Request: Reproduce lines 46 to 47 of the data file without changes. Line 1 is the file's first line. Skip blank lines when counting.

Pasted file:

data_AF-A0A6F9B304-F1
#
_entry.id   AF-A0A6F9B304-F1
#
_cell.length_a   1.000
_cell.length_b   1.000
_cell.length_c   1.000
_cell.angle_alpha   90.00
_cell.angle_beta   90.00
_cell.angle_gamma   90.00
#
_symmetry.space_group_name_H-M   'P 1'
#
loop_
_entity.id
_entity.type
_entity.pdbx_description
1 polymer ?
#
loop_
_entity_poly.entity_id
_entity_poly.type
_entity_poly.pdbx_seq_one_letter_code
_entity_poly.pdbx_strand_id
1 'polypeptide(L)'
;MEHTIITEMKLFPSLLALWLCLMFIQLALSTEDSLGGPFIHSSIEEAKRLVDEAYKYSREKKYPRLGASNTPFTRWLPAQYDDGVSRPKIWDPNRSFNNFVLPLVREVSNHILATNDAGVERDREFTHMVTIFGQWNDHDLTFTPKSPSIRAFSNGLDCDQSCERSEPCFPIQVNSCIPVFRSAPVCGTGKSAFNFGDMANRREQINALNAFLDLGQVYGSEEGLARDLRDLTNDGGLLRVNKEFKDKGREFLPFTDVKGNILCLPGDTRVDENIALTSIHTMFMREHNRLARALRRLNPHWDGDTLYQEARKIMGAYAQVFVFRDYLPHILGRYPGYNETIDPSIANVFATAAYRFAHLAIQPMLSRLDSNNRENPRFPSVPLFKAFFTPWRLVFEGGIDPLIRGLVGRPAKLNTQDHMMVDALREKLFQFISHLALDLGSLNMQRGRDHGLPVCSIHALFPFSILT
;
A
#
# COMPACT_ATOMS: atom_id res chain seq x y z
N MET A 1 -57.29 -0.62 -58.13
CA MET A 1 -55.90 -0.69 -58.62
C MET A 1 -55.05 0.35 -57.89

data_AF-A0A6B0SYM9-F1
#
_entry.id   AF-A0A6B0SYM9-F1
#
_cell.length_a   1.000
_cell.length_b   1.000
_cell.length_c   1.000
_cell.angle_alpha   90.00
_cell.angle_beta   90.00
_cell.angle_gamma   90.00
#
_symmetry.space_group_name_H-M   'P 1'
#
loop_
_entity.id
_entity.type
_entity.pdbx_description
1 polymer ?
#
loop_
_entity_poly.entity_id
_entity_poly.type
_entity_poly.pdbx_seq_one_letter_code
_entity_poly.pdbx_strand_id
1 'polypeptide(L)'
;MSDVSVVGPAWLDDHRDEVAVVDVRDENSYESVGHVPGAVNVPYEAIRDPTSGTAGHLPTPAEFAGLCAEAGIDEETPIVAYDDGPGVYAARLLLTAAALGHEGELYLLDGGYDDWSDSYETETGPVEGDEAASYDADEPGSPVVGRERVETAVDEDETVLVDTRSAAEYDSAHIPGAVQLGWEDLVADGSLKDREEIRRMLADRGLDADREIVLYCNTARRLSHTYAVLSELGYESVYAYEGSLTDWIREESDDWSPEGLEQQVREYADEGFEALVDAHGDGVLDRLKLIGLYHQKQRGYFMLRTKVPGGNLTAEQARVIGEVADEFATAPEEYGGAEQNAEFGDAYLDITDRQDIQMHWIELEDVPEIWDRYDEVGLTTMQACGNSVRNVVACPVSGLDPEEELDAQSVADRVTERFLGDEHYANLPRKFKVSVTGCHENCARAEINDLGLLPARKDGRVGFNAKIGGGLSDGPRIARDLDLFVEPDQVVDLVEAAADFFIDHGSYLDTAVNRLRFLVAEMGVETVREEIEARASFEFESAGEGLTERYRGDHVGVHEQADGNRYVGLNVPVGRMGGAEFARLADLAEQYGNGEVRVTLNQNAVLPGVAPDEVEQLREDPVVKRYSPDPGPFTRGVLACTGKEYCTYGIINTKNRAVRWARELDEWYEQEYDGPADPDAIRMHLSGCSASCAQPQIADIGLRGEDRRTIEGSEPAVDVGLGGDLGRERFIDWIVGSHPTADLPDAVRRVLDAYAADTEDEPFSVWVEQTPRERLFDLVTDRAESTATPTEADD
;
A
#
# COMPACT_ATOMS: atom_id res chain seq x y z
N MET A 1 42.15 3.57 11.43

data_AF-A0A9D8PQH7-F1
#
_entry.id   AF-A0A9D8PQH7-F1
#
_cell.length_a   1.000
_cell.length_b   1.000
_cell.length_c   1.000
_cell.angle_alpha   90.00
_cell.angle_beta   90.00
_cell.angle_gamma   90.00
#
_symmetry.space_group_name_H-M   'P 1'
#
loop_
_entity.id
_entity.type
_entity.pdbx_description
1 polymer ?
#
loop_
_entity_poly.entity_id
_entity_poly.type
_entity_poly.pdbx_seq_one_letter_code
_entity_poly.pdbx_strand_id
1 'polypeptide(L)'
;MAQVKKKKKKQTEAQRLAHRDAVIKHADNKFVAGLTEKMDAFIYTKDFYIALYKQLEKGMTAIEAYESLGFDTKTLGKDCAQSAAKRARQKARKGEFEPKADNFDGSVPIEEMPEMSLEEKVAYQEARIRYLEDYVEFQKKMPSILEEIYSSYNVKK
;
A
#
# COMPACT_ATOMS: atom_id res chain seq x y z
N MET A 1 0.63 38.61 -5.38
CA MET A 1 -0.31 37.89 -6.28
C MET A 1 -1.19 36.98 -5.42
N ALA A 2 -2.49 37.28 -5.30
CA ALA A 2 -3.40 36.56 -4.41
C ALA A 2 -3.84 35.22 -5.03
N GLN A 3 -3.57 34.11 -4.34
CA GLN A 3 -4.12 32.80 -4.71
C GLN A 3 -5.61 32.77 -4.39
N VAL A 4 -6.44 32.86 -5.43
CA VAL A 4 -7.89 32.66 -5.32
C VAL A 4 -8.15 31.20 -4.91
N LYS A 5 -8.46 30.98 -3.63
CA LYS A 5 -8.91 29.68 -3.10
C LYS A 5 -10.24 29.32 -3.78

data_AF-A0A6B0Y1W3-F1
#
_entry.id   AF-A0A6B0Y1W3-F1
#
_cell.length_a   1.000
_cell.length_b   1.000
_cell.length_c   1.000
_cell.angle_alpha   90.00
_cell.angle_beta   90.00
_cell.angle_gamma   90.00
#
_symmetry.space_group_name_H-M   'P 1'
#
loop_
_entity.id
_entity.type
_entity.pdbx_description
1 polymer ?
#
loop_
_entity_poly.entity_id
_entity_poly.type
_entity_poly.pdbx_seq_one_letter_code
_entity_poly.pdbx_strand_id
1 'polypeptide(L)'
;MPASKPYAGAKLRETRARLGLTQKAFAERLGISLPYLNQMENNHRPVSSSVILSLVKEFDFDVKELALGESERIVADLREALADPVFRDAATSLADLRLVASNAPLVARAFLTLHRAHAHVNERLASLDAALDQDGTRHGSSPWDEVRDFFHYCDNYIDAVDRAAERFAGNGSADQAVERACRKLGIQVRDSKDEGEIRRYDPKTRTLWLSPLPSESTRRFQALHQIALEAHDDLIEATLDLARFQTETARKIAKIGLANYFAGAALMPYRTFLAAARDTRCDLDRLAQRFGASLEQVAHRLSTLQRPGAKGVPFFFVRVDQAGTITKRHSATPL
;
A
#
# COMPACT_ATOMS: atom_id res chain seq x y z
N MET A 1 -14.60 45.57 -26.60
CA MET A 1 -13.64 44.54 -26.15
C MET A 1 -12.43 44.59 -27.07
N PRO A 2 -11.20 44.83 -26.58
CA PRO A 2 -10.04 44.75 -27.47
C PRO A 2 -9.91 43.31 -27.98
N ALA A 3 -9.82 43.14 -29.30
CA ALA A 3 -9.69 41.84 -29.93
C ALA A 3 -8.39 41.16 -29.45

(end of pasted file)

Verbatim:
#
loop_